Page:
Below at right is a proof printed on Photo Glossy Paper. As you can see, the “color” of the paragraph is much closer to the final output than the copy paper proof. The photo paper is designed for desktop inkjet printers and does a fine job of representing how it was going to print. And that is exactly what a proof should do!

I am pretty picky about my print-outs, and that’s why I have a printer at home that uses archival inks and is capable of very high quality printing. Forgetting to use the correct paper is just plain dumb on my part. And even though my printer is awesome, it doesn’t hold a candle to a million-dollar digital printing press. Commercial presses have similar color and resolution, but they are completely different when it comes to speed, media variety, and repeatability.

We were each a little disappointed, I with the color of the type and my husband with the finished size. We still sent them out, folded in quarters, to spread some holiday cheer. The moral of the story is; if you don’t follow the steps necessary for a professional print project…you won’t get a professional outcome. Do you have a story about missing a step? I’d love to hear it.

I wish you a joyous 2017 with perfect proofs and awesome printing!




Clean Files – The Good, the Bad and the Fugly

The Good

Knowing how to accurately prepare clean files is a critical skill for any designer. You may work in an environment where you only design, and the production department cleans up your files and passes them on. But knowing these requirements will keep your work “producible” and you in the good graces of your production team.


Bleeds The number one faux pas of newbie files is no bleeds. This can cause so much trouble in prepress that it deserves to be the first item in software settings. When you set up your file, turn on bleeds so that you can see them. Then make sure that anything that runs off the edge of the page extends to the bleed line. You will soon learn that type and images become critical in their placement for bleeds, and you do not want to leave these decisions in the hands of your printer’s prepress department. Many printers will not make changes to files unless you specifically ask them to do so or mark your request on a proof.

Process Colors (cyan, magenta, yellow, and black) 
All the process colors are transparent. That is why images printed with only the four process colors look wonderful because the colors optically mix. Process black is transparent. If you print process black over another element, the element will show through. If you place a solid area of process black next to a photo with dark areas, the photo’s dark areas will look darker, and the 100% black area will look too light or simply incorrect. Build and use rich black, not process black, for projects using photos or elements that have dark screen builds.

Specifying process colors using a Pantone process specifier helps you preview colors side-by-side before they are printed. Your monitor, if calibrated, is useful for roughing a design, but using a specifier is far more accurate when you are building your final file. Not only can you see the printed colors, but they are also formulated to reproduce without too much ink being laid down.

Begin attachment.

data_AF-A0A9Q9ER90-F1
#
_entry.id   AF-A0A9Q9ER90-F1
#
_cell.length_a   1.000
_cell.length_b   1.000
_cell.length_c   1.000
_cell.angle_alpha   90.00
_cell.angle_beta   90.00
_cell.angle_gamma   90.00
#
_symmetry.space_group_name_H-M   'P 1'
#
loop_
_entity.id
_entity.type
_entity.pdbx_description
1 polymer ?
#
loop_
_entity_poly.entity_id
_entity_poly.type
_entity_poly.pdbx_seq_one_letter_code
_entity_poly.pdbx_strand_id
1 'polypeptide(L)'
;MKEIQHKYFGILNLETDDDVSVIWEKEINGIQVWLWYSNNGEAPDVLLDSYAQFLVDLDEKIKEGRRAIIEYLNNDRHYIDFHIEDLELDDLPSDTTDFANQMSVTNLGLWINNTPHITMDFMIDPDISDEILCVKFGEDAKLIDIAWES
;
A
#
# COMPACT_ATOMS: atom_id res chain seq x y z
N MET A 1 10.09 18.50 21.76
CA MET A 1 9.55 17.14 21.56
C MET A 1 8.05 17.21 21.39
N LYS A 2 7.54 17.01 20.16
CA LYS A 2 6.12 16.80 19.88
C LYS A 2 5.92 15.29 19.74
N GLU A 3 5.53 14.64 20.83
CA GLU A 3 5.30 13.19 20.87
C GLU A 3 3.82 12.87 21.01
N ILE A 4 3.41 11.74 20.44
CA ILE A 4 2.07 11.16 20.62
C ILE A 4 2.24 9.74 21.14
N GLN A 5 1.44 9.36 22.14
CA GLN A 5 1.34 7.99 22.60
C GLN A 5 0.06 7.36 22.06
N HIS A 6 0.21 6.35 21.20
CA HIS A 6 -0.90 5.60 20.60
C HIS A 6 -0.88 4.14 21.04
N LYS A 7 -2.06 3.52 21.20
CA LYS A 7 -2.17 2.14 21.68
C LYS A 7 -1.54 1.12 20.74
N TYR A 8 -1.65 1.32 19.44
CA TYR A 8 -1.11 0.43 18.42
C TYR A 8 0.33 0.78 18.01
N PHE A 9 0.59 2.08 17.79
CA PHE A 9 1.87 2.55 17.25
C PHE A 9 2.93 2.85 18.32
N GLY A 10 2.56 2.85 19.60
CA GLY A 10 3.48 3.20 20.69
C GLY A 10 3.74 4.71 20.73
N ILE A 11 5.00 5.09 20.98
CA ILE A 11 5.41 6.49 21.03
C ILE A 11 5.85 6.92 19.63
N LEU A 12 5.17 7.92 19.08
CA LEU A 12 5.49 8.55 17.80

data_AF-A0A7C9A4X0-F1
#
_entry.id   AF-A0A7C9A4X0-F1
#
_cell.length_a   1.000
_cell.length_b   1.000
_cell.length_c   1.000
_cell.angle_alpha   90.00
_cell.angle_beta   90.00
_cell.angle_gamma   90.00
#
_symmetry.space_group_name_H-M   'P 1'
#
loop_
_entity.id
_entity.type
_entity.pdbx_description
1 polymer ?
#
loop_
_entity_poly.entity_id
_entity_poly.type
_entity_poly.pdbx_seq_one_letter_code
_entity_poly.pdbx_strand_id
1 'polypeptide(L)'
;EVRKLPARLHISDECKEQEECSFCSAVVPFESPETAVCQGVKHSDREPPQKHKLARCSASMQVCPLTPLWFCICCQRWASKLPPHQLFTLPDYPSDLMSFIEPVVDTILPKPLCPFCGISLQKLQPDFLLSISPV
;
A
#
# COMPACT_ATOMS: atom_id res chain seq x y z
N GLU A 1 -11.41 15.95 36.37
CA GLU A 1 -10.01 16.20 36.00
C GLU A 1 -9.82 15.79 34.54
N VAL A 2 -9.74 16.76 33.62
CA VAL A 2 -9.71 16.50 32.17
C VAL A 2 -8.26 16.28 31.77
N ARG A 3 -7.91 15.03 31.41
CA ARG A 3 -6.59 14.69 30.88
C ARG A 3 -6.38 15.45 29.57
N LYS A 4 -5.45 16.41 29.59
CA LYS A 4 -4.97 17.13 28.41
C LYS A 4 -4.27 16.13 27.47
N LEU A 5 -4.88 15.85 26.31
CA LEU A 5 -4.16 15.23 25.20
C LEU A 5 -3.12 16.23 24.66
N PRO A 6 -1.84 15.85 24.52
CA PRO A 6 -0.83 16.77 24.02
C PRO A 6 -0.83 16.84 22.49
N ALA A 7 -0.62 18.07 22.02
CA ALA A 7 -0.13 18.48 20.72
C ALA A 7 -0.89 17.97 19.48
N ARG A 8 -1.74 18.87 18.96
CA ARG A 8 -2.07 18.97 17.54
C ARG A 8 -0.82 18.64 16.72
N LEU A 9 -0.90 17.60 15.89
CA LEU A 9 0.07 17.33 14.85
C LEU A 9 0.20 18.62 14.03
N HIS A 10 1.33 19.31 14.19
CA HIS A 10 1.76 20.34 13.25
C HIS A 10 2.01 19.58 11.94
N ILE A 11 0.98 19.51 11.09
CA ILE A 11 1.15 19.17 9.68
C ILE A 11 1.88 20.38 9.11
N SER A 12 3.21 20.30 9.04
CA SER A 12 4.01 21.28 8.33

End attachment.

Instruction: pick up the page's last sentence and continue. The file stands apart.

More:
Rich Black Rich black is a mixture of the four process colors — Cyan, Magenta, Yellow, and Black. This formula for a neutral rich black works well for most printing methods:     60% Cyan 40% Magenta 40% Yellow 100% Black  Some presses and papers have a limit on the total amount of ink possible, for example, 250%. The rich back recipe above totals 240% and is therefore fine. If you specify C100, M100, Y100 and K100, it won’t work. If you are printing digitally, rich black may result in a weaker black (check with your printer). Do not build rich black type.

Specifying a Spot Varnish or UV Create a spot ink color in your file and name it varnish. Let your printer know that varnish needs to overprint the inks underneath it. If you have more than one varnish, name each one appropriately, such as “Gloss Varnish” and “Dull Varnish” or “UV” The actual color you choose to represent that color is irrelevant, but you want to make it stand out so it’s easier to identify in the file.

Applying CMYK Color to Type If you must apply a process color mixture to type that is smaller than 18pt, for instance, make one of the colors 100% so the font has a solid outline that the other colors can float within. This will save you some heartache at press checks. Look at the example below which is greatly magnified to show you what is happening when you apply a screen build to type. The top example has magenta set to 100% whereas the bottom example has the magenta set to less than 100%. Note how the outline of the type is lost and becomes and series of jagged dots. That is what happens in your file.


Choosing a Color Library Know the destination of your color space before you start designing. If you shift destination color spaces, i.e., you start a file for the web and need to re-purpose it for print, changing the web colors (RGB) to process colors (cmyk) might be better left to your printer. Converting spot colors to process colors can result in some unwanted shifts in color. Know where you are headed by using a Pantone Color Bridge set that will show you the RGB, process, and spot equivalents with their shifts.